These flowers are stunning even frozen

So now what?  About two years ago I started thinking of an alternative career, and becoming a Master Gardener in May 2012 pushed me past my indecision and fears and I decided that plants, soil, sustainable gardens, edibles, and getting my hands dirty were in my professional future.  After taking few classes in sustainable landscaping I launched my new career, I now work as a sustainable landscape designer, I have a handful of steady clients, one beautiful yard installation, an ever increasing collection of books, and still lots of learning to do.  I am now in the process of finishing my web site, so stay tuned...

As I close one door and open another, I have been trying to figure out which direction to take this blog, I want it to be about food, but sugar has become my enemy so baking is much harder.  In the hope to help other people with similar issues I feel the need to talk about some health issues which have taken six years to figure out (talk about failure of the western medicine to find a diagnosis!).  

I have been struggling with joint and back pain for the past 6 years, I was told to take anti-inflammatory drugs to control the arthritis.  Considering my age I felt that I was doomed to not being able to get out of bed by the time I turned 60, and I refused to think that that was my future.  Gluten made it worse so I gave up gluten three years ago, but that didn't completely solve all my symptoms, I still couldn't get off the couch without feeling frozen in my joints.  Many tests ruled out an array of autoimmune diseases but I knew deep inside that my GI and joint symptoms were correlated, and I suspected that certain foods were causing the joint inflammation, my primary doctor was clueless.  

At last, and paying out my own pocket, a stint with a nutritionist, and my incredible chiropractor helped me to finally get a diagnosis.  It turned out I have SIBO, or small intestine bacterial overgrowth, probably the result of the damage that gluten caused in my body.   SIBO causes inflammation, my body was/is trying to fight it, and genetically I am sensitive to inflammatory responses (my maternal grandmother had horrible joint pain all her life too).  Carbohydrates are my enemy, avoiding all carbs for 3 months made me lose weight, feel finally normal, and to my complete surprise, I am now pain free!  After feeling able to finally move without pain I realized how much the constant joint pain was controlling my life and my mood, so I am mentioning it here in the hope of helping others who deal with multiple symptoms that don't seem related.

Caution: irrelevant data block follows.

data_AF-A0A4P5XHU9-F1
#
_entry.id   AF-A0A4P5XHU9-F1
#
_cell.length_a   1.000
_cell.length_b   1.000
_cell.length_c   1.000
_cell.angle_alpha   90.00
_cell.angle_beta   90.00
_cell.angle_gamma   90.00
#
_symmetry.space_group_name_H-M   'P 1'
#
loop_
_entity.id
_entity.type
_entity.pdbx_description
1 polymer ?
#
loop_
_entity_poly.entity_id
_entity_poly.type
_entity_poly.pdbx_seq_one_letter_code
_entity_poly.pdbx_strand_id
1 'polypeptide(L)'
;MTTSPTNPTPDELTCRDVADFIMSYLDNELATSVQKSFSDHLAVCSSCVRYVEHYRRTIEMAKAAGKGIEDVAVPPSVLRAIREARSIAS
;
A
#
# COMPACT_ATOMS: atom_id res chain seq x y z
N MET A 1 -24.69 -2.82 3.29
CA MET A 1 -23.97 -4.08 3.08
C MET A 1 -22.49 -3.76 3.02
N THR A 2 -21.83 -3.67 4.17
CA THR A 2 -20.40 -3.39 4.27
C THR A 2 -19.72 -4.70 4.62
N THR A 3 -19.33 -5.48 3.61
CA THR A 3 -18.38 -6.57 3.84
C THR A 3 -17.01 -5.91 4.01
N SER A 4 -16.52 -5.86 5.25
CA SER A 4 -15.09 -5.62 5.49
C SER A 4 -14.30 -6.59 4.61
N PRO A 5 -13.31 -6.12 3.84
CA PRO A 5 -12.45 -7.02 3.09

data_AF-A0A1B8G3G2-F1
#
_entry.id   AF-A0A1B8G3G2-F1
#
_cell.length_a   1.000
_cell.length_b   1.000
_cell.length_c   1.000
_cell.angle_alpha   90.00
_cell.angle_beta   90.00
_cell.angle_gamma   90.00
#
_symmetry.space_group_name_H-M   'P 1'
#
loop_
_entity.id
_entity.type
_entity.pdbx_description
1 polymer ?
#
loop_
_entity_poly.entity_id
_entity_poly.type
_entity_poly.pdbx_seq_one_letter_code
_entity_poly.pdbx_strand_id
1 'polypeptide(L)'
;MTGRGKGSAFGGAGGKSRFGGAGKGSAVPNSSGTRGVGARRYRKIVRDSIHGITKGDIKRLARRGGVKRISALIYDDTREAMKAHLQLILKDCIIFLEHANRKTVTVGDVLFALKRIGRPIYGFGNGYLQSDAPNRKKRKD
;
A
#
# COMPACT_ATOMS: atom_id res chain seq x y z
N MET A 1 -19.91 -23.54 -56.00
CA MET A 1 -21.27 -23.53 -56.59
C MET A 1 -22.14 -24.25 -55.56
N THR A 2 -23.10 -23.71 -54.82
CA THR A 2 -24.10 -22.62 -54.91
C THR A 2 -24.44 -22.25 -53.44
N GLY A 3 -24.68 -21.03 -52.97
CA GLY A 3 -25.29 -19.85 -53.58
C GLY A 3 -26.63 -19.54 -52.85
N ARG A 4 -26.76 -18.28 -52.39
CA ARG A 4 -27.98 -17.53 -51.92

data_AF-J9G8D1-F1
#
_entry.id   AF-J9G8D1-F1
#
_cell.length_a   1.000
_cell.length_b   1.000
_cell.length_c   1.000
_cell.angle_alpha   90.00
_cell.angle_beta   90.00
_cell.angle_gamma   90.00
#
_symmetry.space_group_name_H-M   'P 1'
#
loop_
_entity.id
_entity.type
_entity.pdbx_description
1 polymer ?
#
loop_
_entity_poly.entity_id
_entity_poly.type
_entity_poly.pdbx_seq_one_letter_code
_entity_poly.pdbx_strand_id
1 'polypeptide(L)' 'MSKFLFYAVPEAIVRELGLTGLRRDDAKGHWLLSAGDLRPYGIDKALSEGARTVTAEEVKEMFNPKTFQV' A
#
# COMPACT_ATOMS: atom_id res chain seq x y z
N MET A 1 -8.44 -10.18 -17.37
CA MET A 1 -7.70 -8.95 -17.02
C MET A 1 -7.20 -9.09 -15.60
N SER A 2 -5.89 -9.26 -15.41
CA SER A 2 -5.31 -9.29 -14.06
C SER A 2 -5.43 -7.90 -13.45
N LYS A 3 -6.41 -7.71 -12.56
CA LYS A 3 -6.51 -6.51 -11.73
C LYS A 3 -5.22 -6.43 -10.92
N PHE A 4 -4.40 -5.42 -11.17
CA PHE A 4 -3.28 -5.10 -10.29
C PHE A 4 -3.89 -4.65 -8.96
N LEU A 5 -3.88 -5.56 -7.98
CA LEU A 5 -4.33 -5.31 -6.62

Stay tuned for an amazing sorbet recipe!
I am now trying to figure out how to heal my body, medicines for SIBO are not covered by my health insurance (!), and although eating a no carb diet is not feasible, reducing my sugar intake is now my life style.  So now you understand how baking is no longer a simple pleasure for me, I can't bake the cake and eat it too, right?   Even if the cake is gluten free.  Turning this blog into a gluten free/paleo blog is not something I want to do either, so stay tuned while I figure it out.  I still want to bake for my family, my kids have been begging for a while, I need to get my hands dusted in flour again.

There are many amazing bloggers that made the switch to gluten free baking and few that went grain free, here are just a few.

Cannelle et Vanille
La Tartine Gourmande
The Art of Gluten Free Baking
and the most comprehensive of all...Gluten Free Girl 
And a grain free/paleo site Deliciously Organic